14 Jul Wisconsin joins price-fixing suit vs. D-RAM makers
Madison, Wis. – Wisconsin has joined 33 other states in filing a price-fixing lawsuit against seven microchip manufacturers.
States filed the complaint in San Francisco federal court against seven manufacturers of dynamic random access memory microchips (D-RAMs), accusing them of violating federal and Wisconsin antitrust laws from 1998 to 2002.
The complaint alleges that the defendants conspired to coordinate prices for the DRAM microchips used in many applications, including computers, servers, fax machines, and printers.
Attorney General Peg Lautenschlager said in a release that Wisconsin was joining a fight against “conduct that takes advantage of consumers and unfairly raises prices for everyone.”
The defendants include: Infineon Technologies AG, Munich, Germany; Infineon Technologies North America Corp., San Jose, Calif.; Hynix Semiconductor, Inc., Seoul, South Korea; Hynix Semiconductor America, Inc, San Jose.; Micron Technology, Inc., Boise, Idaho; Micron Semiconductor Products, Inc.; Mosel Vitelic Corp., San Jose, and its subsidiary, Mosel Vitelic (USA), Inc.; Nanya Technology Corp., Taiwan; Nanya Technology Corp. USA, Inc.; Elpida Memory (USA), Inc., Tokyo; and NEC Electronics America, Inc., Santa Clara, Calif.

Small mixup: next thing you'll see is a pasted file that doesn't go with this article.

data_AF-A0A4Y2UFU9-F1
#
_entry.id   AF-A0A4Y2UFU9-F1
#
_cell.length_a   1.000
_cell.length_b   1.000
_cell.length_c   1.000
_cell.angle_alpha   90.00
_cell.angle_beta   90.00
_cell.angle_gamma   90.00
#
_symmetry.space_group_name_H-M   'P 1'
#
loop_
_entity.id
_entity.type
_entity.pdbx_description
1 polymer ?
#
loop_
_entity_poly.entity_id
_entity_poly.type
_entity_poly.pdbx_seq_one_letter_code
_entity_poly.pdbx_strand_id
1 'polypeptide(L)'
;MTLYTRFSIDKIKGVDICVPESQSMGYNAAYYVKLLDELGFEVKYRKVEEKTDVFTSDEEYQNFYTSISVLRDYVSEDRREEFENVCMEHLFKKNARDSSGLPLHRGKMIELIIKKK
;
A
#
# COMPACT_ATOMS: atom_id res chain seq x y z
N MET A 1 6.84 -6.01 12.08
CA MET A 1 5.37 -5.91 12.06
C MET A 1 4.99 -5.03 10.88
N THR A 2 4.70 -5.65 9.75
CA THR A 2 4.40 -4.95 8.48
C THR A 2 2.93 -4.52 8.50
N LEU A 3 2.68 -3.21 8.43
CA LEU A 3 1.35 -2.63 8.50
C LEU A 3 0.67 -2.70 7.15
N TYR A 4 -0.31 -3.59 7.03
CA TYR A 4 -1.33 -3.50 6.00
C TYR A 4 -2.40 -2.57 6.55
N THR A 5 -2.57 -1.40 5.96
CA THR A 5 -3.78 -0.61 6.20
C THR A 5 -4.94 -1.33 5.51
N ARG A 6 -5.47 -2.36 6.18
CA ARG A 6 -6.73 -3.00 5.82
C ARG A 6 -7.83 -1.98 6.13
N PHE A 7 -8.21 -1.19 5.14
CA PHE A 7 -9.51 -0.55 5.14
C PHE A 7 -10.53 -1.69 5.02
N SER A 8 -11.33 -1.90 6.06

The lawsuit follows a separate criminal case stemming from a federal investigation in which four memory-chip makers – Samsung Electronics Co., Hynix, Infineon, and Elpida – pled guilty to price fixing and paid $731 million in fines.
Stock prices of defendant companies were falling as negotiations continue. Bloomberg News reported that shares of Samsung declined two percent to 588,000 won as of 10:43 a.m. in Seoul, while Hynix dropped 2.4 percent and Elpida lost two percent to 4,430 yen in Tokyo.
Wisconsin’s involvement was not spurred by the consumers that would have been most directly harmed by price-fixing. They include Dell Computer Co., Hewlett-Packard Co., and International Business Machines Corp. The National Association of Attorneys General invited Wisconsin to participate in the multi-state group to assist with drafting the complaint and gathering information.
Assistant Attorney General Gwendolyn Cooley is representing Wisconsin in this case.
• WARF settles patent dispute with IBM
• WARF sues Samsung over computer chip technology license agreement